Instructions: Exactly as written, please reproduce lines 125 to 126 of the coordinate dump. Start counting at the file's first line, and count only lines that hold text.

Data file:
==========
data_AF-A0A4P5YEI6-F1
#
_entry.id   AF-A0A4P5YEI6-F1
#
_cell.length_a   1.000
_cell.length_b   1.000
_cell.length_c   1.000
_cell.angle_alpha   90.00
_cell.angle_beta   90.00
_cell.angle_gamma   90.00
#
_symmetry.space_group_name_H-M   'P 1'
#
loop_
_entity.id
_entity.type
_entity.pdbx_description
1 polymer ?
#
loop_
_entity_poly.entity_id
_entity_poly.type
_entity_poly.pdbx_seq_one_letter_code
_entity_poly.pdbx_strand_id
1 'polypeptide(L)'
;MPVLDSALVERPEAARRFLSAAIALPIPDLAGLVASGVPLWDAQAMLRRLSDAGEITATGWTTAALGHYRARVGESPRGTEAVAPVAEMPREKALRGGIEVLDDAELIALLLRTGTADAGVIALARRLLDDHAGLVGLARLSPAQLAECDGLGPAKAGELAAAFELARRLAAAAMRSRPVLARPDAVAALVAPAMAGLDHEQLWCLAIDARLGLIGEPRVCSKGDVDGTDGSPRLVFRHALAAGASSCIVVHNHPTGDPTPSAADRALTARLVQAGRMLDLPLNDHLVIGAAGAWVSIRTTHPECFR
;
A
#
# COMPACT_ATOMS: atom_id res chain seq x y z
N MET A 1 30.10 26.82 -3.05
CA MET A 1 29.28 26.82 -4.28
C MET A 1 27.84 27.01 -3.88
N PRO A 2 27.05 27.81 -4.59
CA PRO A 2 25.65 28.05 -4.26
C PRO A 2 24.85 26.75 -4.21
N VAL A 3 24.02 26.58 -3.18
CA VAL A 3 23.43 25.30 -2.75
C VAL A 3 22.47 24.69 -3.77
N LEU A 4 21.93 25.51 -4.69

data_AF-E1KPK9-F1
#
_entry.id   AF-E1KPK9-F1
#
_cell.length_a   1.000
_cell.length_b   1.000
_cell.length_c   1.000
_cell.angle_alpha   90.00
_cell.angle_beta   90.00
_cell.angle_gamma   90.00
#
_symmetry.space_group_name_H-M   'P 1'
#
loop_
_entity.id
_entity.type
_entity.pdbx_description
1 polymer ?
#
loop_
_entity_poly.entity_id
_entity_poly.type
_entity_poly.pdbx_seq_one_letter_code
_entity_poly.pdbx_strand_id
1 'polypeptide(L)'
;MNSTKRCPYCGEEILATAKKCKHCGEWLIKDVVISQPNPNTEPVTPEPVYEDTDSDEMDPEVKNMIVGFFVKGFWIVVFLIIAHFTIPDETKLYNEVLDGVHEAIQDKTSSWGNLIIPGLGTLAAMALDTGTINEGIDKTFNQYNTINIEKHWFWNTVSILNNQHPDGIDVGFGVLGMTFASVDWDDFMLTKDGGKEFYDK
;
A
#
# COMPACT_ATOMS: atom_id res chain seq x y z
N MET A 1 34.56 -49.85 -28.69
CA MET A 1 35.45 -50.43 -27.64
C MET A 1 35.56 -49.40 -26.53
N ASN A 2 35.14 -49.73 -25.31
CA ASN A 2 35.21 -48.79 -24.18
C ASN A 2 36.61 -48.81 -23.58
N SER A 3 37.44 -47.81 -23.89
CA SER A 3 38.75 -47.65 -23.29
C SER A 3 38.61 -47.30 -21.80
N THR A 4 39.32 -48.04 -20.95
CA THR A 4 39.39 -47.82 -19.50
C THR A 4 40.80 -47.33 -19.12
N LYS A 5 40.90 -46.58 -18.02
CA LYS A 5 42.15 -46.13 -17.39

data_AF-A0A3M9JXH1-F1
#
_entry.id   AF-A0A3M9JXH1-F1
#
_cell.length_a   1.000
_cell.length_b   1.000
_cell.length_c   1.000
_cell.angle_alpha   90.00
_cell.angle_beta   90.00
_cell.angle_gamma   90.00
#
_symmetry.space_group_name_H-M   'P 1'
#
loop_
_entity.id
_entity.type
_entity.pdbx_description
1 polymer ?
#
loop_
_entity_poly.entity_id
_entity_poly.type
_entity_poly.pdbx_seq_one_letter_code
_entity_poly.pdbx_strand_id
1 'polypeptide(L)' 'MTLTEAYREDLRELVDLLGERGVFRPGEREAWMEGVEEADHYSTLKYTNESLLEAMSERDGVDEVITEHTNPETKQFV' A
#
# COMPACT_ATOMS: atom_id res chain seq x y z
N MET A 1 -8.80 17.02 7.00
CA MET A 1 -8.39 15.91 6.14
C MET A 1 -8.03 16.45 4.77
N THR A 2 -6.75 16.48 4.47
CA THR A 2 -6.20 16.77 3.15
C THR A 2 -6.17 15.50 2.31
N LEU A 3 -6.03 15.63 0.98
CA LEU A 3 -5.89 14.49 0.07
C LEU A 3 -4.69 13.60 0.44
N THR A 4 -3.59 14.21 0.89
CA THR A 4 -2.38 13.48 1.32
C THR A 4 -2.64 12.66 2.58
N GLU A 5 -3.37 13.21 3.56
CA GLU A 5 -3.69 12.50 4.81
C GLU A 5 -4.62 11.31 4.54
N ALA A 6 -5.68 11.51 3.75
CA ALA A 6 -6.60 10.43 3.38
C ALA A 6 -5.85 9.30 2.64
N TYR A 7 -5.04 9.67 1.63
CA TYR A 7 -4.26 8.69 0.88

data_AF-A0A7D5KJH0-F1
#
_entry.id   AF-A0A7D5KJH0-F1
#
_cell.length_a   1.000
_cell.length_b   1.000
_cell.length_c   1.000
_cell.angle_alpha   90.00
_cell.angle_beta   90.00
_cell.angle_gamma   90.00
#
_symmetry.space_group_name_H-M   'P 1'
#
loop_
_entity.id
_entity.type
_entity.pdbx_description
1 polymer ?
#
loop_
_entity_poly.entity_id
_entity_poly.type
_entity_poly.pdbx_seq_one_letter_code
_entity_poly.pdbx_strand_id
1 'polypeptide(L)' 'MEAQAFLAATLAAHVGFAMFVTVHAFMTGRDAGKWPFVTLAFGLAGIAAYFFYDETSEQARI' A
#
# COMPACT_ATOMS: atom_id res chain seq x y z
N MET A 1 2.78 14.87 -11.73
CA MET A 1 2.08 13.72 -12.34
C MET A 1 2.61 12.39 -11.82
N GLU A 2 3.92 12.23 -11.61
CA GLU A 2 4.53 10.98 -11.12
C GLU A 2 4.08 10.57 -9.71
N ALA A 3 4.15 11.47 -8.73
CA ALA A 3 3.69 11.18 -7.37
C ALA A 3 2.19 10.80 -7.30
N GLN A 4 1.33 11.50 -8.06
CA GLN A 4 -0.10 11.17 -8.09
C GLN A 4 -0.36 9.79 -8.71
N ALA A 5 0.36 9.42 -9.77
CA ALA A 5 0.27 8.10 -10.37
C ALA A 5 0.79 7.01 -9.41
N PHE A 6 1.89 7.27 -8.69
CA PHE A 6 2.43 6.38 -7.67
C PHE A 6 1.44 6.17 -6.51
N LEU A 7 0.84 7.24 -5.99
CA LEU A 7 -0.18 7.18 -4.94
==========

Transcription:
CA GLU A 5 -3.69 12.50 4.81
C GLU A 5 -4.62 11.31 4.54